The first things that come to Cassian’s mind when he opens his eyes in the bright white of the medbay are his children. He’d pushed them out of his mind — he had to — back on Scarif, when the light was drawing nearer and nearer and he thought that was it. Clutching Jyn tight to his chest, Cassian thought he was leaving behind two orphans on Yavin IV. Orphans with a chance to live free of the Empire, he told himself. They will understand, when they’re older.
But now, he’s not dead. Cassian is very much alive and very much aware that he nearly orphaned his two young children. They lost their mother three years ago — when Ailla was four and Daye was only six months past a year.
(He tries not to dwell to hard on Ru if he can help it. They were only married four years when she died, but she’d been the first pilot to volunteer for his missions. She’d been the first person he considered family after losing his mother and father.)
Cassian sits up quickly, suddenly overwhelmed with the need to make sure his children are alright. It makes him dizzy, so he presses the button beside his bed and med droid turns to check on him. “Captain,” he starts, “you really shouldn’t be up yet. The effects of the medication you’re on could be — “
“I need to see my children,” Cassian says, hoarse. “Now.”
“I will see what can be done about that.” The droid scurries off and Cassian has half a mind to follow it. Or he would, if the lightheadedness would subside. Instead, he leans back, willing the stars dancing behind his eyes to go away.
That’s when he notices Jyn in the bed across from him. She looks to be in worse shape than he feels, if that’s even possible, with various wires and tubes entering her arms. Her chest rises and falls rhythmically, if not mechanically. Something in his chest hurts at the sight of her lying in bed like that.
She should be sitting up with him, smiling and laughing and living. He should be introducing her to his —
Cassian catches himself. Where did that come from? Jyn doesn’t even know about Ailla and Daye; there weren’t given an abundance of time to speak about their personal lives, after all. Still, he wants to introduce them, wants to tell Jyn about Ru and the life he tried to lead before the Empire stole it all away, again.
More than that, though, Cassian wants to see Jyn open her eyes.
The door to the medbay slides open, forcing his gaze from Jyn’s unconscious form, and he can hardly breathe. Walking behind a droid, Cassian sees his children, looking tired — he wonders what time it is, absently — and scared at the same time.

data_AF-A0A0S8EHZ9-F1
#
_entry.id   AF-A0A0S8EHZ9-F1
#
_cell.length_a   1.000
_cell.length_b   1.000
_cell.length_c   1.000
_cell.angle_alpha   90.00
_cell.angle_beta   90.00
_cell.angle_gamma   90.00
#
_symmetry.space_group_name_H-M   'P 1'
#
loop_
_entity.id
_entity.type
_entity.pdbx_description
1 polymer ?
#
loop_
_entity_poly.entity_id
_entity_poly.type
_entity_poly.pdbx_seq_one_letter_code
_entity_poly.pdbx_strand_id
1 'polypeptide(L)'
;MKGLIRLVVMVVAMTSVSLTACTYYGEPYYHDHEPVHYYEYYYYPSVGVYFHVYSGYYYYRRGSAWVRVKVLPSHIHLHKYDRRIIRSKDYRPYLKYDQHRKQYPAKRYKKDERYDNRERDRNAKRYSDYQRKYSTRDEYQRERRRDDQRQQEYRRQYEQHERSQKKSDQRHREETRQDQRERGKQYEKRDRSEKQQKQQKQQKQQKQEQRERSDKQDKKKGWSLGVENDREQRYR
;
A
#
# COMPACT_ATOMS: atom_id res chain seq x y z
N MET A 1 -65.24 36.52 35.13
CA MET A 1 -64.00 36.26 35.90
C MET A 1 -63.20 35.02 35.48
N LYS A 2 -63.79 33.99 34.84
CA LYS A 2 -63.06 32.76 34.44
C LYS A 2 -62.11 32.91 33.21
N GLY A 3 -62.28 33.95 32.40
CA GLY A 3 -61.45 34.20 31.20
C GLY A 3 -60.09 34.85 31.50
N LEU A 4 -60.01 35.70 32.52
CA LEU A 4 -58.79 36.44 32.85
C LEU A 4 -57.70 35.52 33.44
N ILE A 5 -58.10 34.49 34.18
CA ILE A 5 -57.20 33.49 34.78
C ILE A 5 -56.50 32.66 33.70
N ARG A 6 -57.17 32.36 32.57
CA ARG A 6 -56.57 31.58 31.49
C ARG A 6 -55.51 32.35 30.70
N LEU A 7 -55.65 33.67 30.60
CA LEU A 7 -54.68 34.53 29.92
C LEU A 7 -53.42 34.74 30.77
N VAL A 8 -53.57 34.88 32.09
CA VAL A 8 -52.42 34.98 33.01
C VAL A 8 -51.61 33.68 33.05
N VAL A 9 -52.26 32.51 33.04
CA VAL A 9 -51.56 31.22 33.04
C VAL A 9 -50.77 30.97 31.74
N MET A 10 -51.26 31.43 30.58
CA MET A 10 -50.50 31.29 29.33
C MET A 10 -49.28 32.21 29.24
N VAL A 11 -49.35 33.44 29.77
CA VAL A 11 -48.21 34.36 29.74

“Mijos,” he breathes, barely able to think. Ailla breaks away from the droid first (always his brave little girl) and all but runs to his side.
“Papá!” she says, eyes lighting up like her mothers, and it’s the sweetest sound he’s heard in his life. “You’re okay!”
“I am,” Cassian starts, “now that I’m seeing your faces.”
Daye follows her, eyes wide and tired. Cassian knows how his son sleeps — like the dead — so it must’ve taken Ailla to wake him. Hot tears spring to his eyes when he thinks about Ailla and Daye alone, waiting for him to come back, Waiting for his arms to wrap around them again, or for Draven to deliver the worst news in the galaxy.
Cassian does just that, wraps his kids in a warm hug, and breathes in. They smell like home and love and hope. Before he knows it, the three of them are giggling and laughing together like no time’s passed at all — like the Empire isn’t a threat and they don’t live on a military base.
Like they aren’t missing a wife and mother.
As if on cue, just as Cassian thinks the words, Ailla pulls away and asks, motioning to Jyn, “Who’s that?”
He isn’t sure what to tell them. “Someone who will love to meet you,” Cassian says finally, pulling the two squirming bodies up to sit with him. His head spins with effort, but it’s worth it to have Ailla and Daye so near.
After a few minutes of sitting together in comfortable, blissful silence, Daye speaks for the first time since they’ve been reunited. He’s always been quiet, more pensive than his sister, so the next words really shouldn’t come as a surprise. “Papá?” he asks in his tiny voice, “Is she like mamá?”
“I…I don’t know,” Cassian answers, honestly. He watches the way Daye’s eyes follow the rise and fall of Jyn’s chest and the way Ailla studies her — for once — peaceful face. “Perhaps,” he settles on, then pulls the two of them closer.
When (he refuses to let it be an if) Jyn wakes up, things will become clearer. For now, the blurred line between the two of them is fine. For now, Cassian tries to ignore the feeling of an old, patched wound throbbing in his chest.